China – New Work Permit Policy to be Implemented Nationwide in April 2017

What has changed

The New Work Permit Policy in China will be implemented nationwide beginning April 2017.

A trial period of the new policy began in November 2016 for selected pilot jurisdictions, including Shanghai, Beijing, Chengdu, Anhui, Guangdong, and others. However, some jurisdictions are still in the process of implementing the pilot program.

Who is affected?

  • All Companies based in China and intending to sponsor foreign employees in China.

What to expect

Consolidating two (2) types of Work Permits into one (1)

The Alien Employment Permit (AEP) and the Foreign Expert Permit (FEP) will be consolidated into one (1) Work Permit Card. Under the current rule the two (2) types of Work Permits are managed by two (2) separate Bureaus, the State Administration of Foreign Experts Affairs ‘SAFEA’ and the State Ministry of Human Resources and Social Security ‘MOHRSS’, both with different standards, criteria and systems. Consolidating the two (2) Permit aims to unify the standard of application and for the government’s management and control of the same applications.

Introduction of an online system

All employers in China will be required to register online and apply for an online account for processing foreign employees’ Work Permit applications. Work Permit applications will be filed and processed via the online system. Currently, using an online system for work permits applications are only required for some permit types and is not utilized nationwide.

Categorizing applications into three (3) groups

A point-based quota system has also been introduced under the Work Permit category classifying the foreign talent pool into Top Talents ‘Group A‘, Professional Talents ‘Group B‘ and Non-technical workers ‘Group C

  • Group A: High-end personnel (in Chinese: 外国高端人才)
  • Group B: Professional personnel (in Chinese: 外国专业人才)
  • Group C: Ordinary or government approved less-skilled, temporary, seasonal personnel (in Chinese: 外国普通人员或附合国内劳动市场须求的外国人)

What to expect – specific to sponsoring companies in Shanghai

Companies that are registered with their regional headquarters based in Shanghai currently enjoy a “green channel” immigration path and several favorable immigration policies. These are expected to change in the following ways:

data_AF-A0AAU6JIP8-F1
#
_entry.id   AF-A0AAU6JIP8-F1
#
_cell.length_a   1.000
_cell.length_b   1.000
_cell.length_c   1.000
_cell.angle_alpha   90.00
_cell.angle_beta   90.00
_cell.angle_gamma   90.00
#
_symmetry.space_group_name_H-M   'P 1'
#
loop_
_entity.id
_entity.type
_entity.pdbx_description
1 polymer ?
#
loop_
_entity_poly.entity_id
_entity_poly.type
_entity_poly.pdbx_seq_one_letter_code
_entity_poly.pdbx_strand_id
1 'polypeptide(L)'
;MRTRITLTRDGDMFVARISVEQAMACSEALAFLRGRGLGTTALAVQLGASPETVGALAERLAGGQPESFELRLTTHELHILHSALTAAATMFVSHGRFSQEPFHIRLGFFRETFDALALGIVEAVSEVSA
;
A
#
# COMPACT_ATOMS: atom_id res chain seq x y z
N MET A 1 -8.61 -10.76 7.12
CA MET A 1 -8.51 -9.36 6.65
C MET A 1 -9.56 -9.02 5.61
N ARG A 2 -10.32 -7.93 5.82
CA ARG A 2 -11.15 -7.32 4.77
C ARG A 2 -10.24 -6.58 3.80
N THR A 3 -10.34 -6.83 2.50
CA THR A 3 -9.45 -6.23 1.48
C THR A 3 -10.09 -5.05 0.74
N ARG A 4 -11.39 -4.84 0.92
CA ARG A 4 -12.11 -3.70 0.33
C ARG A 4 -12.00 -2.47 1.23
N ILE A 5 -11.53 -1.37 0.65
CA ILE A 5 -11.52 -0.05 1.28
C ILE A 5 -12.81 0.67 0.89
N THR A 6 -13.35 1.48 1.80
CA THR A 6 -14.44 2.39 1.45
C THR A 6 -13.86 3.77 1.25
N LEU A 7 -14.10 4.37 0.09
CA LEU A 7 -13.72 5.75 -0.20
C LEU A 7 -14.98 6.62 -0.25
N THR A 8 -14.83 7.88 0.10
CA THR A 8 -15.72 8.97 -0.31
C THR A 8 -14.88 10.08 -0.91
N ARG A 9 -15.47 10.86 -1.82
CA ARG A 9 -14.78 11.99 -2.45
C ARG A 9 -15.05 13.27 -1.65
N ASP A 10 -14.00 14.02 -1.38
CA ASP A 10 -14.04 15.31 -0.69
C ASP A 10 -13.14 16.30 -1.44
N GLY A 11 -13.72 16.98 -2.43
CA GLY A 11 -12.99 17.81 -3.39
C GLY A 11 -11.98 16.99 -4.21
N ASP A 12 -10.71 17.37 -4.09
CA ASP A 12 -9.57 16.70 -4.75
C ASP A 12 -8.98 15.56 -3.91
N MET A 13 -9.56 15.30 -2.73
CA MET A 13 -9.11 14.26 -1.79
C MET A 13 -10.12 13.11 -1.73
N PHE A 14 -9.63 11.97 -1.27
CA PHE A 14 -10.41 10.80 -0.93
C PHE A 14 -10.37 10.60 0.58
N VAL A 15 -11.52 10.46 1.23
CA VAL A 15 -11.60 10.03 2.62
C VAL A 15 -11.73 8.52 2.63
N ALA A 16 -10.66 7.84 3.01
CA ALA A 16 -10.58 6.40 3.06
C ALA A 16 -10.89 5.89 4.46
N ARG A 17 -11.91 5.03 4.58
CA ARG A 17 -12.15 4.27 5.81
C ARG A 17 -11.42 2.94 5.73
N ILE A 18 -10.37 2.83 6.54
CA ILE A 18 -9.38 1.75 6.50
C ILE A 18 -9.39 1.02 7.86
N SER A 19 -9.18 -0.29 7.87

• Foreign employees sponsored by the entity are currently exempted from Consular Work-Z Visa requirements and can apply for Work Permits after arrival on a Business-M or Tourist-L Visa.  The new policy will likely cancel the “green channel” and require Work-Z Visas for all foreign travelers intending to undertake work-related activities, entailing additional procedures and lead time.
  • In the event that foreign employees fall into Group B of the Work Permit category, the following documents will be required that are not required in Shanghai under current policy:
    • Police Clearance Certificate (PCC) issued by the relevant government authority from home country
    • Original university degree certificate fully legalized by the Chinese Consulate/Embassy

It is expected that the requirement of the additional documents will cause additional lead time and costs to the sponsoring employer in China.

  • Salary information to support new applications and an income tax certificate to support renewal applications for verification will be required under the new policy. These documents were not required under the current policy. Thus, additional lead time and resources will be required to gather these documents and to ensure the accuracy of the information to submit.  False or incorrect salary/tax information will impact the company credit and thus, the future applications.

What you need to do
Planning ahead

  • General information has been announced, but the local Bureaus are still in the process of confirming the details of the implementations. Emigra Worldwide is following up closely on the trend and will provide appropriate strategies to our clients who are affected by the new policy changes.
  • Emigra Worldwide recommends that sponsoring entities in China along with their HRs be prepared for lengthier processing times and additional involvement in the processes, especially during the implementation stages of the new policy, and set the appropriate exceptions with their foreign employees.
  • Contact your Emigra Worldwide representative for further details on how these updates may impact you or your client.

The information above was provided by Emigra Worldwide, our global network partners, and relevant government authorities. The information herein is for general purposes only and not intended as advice for a particular matter. If you have any questions, please do not hesitate to contact the global immigration professional with whom you work.